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Cover
The Road to Mount Lemmon
A Father, A Family, and the Making of Summerhaven
By Mary Ellen Barnes
224 pp. / 6.00 in x 9.00 in / 2009
Paper (978-0-8165-2781-6)
  
Related Interest
  - Western Americana / Regional Interest


As you wind your way up the Catalina Highway, it doesn't matter whether you're a first-time visitor or a native Tucsonan; you know you're on the way to someplace special.

The Santa Catalina
Written in unusually beautiful language, The Road to Mount Lemon is a short, easy, enjoyable read, looking at a time long ago about a spot not so very far away.

—The Journal of Arizona History

If the 2003 Mount Lemmon fire taught us anything, it is that buildings are ephemeral—but memories endure. In this delightful book, Mary Ellen Barnes, the daughter of Summerhaven pioneer Tony Zimmerman, shares memories of her resourceful father and growing up in a special time and place. Readers will learn how love and hard work transform lives and landscape.

—Bruce J. Dinges, Arizona Historical Society

Mountains first captivated Tony Zimmerman on a 1937 hunting trip. Regard for the alpine beauty must have been in his genes—he was the son of Swiss German immigrants—and by 1940 the Tucson schoolteacher had begun taking his family to Mount Lemmon to spend the summer. Back then, the road up the mountain was a rough two-track dirt road from Oracle, and Summerhaven was nothing but a sleepy cluster of summer cabins. But Tony Zimmerman was to help change all of that.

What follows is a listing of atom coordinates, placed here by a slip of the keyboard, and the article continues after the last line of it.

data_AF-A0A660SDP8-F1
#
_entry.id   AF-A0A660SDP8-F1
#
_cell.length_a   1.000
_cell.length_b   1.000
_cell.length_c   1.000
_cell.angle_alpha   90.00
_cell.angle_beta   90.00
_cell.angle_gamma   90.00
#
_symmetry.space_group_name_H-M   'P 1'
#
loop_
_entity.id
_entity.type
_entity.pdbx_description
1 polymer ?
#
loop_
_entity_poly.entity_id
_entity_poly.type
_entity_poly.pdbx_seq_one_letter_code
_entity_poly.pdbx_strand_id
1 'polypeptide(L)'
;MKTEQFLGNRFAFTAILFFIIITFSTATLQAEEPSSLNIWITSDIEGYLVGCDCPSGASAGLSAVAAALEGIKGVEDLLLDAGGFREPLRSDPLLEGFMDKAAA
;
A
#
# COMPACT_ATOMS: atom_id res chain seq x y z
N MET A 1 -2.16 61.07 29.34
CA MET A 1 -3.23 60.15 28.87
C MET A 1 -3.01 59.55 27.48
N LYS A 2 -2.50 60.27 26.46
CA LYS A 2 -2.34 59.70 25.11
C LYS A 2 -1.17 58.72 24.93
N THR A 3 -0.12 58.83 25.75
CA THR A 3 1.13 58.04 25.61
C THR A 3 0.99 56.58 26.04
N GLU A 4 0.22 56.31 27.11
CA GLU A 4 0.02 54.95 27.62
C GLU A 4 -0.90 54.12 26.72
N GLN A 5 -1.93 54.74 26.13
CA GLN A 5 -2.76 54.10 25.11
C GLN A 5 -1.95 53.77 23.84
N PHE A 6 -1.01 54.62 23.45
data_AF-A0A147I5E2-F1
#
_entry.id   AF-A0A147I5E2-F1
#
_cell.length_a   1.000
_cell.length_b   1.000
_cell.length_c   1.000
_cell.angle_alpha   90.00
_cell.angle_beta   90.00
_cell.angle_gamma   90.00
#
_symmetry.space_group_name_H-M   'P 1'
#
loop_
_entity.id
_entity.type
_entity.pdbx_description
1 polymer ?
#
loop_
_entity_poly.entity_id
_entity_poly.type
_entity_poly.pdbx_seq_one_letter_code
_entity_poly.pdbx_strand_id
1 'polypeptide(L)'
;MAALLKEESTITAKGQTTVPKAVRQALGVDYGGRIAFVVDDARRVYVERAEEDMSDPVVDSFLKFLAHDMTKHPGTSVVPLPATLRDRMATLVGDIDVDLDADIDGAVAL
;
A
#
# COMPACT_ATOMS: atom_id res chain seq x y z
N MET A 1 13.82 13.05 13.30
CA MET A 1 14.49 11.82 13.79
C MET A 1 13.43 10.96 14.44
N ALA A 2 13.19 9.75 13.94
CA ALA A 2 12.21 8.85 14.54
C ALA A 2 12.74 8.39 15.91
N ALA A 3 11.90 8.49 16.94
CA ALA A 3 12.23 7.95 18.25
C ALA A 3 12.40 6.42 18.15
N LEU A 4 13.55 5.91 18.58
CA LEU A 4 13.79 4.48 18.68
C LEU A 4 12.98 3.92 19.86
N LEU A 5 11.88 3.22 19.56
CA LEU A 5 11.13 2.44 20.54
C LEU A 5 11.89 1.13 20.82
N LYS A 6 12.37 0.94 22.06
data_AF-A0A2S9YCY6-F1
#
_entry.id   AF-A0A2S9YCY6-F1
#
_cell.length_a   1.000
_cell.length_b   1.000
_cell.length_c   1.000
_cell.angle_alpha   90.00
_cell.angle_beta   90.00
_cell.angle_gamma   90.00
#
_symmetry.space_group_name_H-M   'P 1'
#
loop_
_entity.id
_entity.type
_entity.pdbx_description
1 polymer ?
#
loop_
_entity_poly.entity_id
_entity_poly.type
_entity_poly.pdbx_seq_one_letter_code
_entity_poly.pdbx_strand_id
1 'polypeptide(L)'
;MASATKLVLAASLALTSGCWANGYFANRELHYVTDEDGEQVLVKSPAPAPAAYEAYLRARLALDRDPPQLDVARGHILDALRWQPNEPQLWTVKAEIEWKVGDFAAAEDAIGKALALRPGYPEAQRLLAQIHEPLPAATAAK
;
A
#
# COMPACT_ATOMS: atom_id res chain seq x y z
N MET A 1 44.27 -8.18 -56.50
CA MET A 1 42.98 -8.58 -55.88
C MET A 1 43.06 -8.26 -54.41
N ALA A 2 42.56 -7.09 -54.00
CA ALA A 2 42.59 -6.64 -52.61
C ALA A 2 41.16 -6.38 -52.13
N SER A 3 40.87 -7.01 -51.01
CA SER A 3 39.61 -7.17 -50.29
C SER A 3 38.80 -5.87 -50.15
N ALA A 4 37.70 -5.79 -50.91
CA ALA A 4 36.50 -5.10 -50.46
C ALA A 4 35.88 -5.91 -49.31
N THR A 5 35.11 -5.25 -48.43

The Road to Mount Lemmon is a beguiling memoir of the Catalina Mountains told by the daughter of one of the pioneers in the life and development of Mount Lemmon's communities. Mary Ellen Barnes tells how her father Tony resigned from teaching in 1943 to devote his career to the development of this mountain oasis. He not only sold real estate for long time landowner Randolph Jenks, he even bought the village's tiny two-room store, installing a sawmill to build a larger store, and built the Mount Lemmon Inn. And as she spins Tony's personal saga, she also gives readers a glimpse of the Catalinas before Tucson became a boom town, recalling idyllic adventures in wild country and the cowboys, rangers, ranchers, and loggers who worked there.

Barnes tells Tony's story as if sharing it with family, evoking her father's personality on every page. The Road to Mount Lemmon is an intimate view of a mountain community over the course of nearly sixty years—a view that few people have shared but one all can appreciate.


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